“Deep in the cavern of the infant's breast; the father's nature lurks, and lives anew”. Starting the film with these lines from Roman poet, Horace, the mood gets set early on for this tour de force.
Set in the nouveau-riche landscape of Gurgaon, with fields adjacent to glass towers, luxury cars amidst paddy fields, rustic gun toting agents of ubiquitous real estate developers talking shop next to swanky swimming pools, the film gets the setting absolutely right. This goes on to become an essential set piece of the plot and is a huge plus for the film.
‘Aurangzeb’ then goes on to weave a plot of ambition, deceit, filial relationships and makes for a compelling case. The viewers is subjected to familiar situations, and then made to make hard choices. Is it family first or your integrity? Is it personal ambition or filial duties, which is more important. What’s the definition of success? Is a rich and powerful patriarch more successful than an ‘unsuccessful’ old man who has been able to raise his children with good values? Can there be a moral compass in a family that speaks the same language. Are the seeds of corruption sown in the children while they are their schools itself?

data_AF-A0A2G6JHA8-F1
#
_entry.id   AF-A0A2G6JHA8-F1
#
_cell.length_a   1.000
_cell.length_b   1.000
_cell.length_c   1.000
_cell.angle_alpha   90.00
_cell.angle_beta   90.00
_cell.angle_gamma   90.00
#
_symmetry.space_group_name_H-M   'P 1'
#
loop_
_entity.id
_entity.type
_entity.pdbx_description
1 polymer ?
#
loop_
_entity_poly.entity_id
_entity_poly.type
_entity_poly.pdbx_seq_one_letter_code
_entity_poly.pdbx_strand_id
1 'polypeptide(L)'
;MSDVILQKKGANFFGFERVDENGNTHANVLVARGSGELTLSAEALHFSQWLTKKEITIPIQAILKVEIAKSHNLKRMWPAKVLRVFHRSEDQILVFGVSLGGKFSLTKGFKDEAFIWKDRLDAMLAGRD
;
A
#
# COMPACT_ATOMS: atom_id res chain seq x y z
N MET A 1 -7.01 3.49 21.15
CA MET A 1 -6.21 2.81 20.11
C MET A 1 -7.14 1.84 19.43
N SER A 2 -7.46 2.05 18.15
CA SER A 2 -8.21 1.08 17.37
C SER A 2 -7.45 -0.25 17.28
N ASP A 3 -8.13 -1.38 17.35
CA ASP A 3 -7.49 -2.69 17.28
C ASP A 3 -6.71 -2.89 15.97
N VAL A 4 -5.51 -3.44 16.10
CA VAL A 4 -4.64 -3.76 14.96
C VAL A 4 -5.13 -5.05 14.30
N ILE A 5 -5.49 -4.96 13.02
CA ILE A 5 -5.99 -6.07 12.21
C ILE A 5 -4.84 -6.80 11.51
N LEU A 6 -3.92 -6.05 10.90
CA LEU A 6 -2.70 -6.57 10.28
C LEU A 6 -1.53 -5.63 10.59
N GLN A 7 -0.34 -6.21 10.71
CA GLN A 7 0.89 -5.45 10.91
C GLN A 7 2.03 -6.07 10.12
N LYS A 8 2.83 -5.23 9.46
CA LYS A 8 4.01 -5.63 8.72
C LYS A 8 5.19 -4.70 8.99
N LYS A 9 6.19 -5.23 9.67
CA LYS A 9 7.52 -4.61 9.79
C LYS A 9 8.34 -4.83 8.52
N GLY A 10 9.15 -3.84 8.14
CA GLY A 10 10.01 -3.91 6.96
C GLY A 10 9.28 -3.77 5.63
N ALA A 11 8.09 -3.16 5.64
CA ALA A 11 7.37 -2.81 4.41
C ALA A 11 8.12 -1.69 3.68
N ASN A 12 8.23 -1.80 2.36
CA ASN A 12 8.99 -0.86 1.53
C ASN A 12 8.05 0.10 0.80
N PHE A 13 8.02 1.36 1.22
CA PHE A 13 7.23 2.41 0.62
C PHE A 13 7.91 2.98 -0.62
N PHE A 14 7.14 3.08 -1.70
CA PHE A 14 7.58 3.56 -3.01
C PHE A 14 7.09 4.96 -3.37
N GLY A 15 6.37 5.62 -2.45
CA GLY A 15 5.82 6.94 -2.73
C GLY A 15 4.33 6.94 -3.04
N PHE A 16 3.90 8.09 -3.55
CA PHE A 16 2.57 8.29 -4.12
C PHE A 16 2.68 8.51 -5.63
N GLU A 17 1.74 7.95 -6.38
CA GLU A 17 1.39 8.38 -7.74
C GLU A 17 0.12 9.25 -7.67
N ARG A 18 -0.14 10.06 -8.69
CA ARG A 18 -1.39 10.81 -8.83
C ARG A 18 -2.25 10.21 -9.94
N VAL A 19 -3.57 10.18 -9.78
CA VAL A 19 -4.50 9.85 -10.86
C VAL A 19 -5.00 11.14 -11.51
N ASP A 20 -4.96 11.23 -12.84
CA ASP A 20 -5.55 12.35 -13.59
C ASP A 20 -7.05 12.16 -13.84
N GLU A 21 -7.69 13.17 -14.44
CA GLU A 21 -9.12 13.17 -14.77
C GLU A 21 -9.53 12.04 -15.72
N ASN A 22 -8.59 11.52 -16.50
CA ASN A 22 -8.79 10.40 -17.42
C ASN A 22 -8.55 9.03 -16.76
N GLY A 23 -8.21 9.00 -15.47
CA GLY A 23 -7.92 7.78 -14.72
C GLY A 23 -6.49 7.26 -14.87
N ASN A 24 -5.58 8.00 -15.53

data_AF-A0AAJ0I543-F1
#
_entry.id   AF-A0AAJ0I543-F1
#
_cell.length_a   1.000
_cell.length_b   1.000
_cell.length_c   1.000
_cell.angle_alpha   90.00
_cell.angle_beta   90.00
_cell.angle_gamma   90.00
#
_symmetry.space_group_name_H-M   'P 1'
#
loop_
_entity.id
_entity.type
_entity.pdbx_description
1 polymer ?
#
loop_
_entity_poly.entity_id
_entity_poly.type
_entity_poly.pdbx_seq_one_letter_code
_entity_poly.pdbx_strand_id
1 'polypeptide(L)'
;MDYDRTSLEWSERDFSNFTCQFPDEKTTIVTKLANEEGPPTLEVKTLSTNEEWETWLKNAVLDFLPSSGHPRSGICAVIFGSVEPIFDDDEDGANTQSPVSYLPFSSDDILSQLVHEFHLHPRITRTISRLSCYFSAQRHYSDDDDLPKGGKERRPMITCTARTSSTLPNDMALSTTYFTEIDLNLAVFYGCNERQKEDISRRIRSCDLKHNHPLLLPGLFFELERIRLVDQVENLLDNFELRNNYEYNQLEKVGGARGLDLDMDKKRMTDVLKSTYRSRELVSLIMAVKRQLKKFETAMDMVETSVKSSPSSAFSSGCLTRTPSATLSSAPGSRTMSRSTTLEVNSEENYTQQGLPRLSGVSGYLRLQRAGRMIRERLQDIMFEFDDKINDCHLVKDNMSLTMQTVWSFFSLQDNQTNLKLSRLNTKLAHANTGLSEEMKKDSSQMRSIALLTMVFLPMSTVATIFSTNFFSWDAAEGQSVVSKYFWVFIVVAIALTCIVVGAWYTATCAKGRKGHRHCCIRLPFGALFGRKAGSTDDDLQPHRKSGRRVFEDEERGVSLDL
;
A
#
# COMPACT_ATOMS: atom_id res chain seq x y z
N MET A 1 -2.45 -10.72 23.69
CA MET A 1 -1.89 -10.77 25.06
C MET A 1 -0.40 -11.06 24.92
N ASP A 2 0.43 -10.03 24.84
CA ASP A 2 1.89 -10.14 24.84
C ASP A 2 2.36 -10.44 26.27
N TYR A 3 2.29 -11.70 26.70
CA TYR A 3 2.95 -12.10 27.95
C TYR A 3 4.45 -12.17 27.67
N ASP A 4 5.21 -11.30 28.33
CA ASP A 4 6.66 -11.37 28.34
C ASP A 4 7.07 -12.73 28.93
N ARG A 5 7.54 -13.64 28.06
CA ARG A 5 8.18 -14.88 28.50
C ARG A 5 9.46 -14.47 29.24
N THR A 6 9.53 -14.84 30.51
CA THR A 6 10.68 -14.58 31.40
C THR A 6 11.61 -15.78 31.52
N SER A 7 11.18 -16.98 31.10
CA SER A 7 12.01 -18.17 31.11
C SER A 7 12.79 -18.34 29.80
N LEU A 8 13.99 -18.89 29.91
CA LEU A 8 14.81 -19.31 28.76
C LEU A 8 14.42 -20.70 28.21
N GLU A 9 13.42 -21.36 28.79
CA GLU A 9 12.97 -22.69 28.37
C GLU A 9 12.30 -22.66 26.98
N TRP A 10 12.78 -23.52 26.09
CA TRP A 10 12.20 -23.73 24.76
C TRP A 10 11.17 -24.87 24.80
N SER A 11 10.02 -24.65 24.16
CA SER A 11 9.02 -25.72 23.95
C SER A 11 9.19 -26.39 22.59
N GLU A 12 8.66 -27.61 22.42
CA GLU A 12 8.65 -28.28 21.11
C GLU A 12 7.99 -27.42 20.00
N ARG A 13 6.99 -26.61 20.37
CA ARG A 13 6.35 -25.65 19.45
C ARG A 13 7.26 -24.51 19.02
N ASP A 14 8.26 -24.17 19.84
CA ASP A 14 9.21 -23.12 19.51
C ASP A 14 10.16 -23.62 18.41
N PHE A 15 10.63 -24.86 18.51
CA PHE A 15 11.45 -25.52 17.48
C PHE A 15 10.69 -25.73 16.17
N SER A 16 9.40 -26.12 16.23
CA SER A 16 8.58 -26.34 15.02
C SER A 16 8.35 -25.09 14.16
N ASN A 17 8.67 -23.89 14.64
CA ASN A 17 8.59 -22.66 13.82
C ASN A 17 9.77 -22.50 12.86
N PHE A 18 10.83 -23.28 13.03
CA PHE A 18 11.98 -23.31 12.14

Arjun Kapoor goes on to prove that ‘Ishaqzaade’ was no fluke. With the colossus of an actor in his middle age, Rishi Kapoor yet again makes a mark and key performance from all others involved, the film is shining example of consistence, good research and relevant plot. The film makes for a gripping viewing and the 2nd half outdoes the 1st with a fitting denouement.
The makers of ‘Aurangzeb’ clearly overestimated my knowledge of history and expected viewers to get the hint from the title. Initially cynical of the title, in retrospect I feel it’s justified having watched one of the best films this year. 4.5 Stars